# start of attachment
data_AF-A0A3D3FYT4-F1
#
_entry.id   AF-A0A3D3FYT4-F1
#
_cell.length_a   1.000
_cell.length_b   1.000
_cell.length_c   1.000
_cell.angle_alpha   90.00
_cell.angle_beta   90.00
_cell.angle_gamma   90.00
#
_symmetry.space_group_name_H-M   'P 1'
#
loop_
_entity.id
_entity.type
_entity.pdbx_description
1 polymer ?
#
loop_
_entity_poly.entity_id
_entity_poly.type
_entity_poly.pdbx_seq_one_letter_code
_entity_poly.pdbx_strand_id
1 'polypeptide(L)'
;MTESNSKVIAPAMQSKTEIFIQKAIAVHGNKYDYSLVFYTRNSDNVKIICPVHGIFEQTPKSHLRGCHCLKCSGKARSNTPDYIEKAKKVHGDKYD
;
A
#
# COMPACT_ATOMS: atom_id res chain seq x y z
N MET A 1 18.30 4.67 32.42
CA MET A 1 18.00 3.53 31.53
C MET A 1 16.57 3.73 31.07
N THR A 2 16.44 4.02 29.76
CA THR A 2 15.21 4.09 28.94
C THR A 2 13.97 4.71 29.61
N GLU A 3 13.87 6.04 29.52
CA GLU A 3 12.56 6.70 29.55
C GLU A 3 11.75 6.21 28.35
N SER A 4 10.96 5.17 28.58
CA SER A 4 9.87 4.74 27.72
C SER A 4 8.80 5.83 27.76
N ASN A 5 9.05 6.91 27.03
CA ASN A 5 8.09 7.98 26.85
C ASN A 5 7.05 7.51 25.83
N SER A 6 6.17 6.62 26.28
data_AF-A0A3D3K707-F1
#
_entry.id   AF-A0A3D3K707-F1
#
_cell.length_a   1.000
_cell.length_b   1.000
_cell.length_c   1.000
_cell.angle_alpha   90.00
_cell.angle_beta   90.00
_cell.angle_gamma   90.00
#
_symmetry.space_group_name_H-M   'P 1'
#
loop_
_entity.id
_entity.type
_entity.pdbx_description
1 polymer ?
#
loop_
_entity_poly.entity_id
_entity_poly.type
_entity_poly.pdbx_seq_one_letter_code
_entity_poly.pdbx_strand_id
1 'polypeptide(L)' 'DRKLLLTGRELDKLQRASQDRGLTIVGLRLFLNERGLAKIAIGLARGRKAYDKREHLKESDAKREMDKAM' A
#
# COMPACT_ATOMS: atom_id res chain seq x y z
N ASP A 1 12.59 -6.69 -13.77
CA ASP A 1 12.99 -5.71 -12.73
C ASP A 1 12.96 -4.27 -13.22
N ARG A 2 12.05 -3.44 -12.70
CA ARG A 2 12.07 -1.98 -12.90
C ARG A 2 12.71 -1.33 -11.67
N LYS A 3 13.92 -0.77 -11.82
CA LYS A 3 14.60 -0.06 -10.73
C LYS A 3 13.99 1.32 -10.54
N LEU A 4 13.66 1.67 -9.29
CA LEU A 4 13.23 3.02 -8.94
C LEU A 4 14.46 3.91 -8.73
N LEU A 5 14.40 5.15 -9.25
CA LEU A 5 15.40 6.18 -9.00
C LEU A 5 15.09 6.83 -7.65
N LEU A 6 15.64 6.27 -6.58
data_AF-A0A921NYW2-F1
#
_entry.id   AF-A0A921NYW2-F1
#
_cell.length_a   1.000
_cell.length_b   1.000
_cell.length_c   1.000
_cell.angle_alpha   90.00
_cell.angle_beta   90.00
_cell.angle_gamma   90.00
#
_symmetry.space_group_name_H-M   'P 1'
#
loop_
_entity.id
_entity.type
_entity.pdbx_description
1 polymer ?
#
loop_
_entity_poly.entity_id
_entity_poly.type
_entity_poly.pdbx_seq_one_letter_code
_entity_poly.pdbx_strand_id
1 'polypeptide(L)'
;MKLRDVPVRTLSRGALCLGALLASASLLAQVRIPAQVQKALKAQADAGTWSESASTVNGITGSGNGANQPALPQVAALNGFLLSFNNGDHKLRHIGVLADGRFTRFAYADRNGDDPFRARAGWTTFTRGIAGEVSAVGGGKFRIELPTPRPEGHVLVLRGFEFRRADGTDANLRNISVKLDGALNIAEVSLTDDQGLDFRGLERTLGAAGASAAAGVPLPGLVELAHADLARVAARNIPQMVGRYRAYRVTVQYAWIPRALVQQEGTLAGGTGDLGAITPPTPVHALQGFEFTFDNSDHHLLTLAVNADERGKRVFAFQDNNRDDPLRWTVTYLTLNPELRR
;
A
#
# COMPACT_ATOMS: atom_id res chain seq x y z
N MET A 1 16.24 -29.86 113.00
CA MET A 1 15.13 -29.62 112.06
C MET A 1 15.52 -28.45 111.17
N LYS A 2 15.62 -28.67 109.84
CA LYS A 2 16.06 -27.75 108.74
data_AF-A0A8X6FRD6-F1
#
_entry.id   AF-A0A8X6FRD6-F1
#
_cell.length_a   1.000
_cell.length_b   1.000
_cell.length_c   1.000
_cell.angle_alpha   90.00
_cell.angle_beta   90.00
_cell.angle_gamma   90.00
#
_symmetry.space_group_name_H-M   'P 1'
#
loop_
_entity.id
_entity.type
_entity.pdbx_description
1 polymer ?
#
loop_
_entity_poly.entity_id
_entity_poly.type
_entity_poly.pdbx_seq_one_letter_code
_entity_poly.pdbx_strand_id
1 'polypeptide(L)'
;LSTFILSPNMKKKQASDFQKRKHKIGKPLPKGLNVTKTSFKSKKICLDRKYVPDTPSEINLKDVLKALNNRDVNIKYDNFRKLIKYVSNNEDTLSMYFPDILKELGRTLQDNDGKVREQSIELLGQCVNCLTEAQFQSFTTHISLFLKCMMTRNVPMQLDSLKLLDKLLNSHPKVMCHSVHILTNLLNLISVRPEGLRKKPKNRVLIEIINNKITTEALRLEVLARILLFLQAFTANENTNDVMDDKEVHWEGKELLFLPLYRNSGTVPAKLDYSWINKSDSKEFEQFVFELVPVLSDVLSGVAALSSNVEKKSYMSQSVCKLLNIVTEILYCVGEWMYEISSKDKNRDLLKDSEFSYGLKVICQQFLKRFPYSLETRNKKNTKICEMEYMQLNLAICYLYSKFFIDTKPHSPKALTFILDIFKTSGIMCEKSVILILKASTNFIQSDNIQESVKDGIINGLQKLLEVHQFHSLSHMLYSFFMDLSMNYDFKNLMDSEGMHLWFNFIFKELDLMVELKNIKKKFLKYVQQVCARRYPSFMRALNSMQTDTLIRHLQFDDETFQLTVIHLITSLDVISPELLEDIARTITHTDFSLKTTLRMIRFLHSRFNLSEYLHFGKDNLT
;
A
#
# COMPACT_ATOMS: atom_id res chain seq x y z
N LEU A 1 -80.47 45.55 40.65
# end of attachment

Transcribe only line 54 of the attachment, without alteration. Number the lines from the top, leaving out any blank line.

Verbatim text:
_cell.angle_alpha   90.00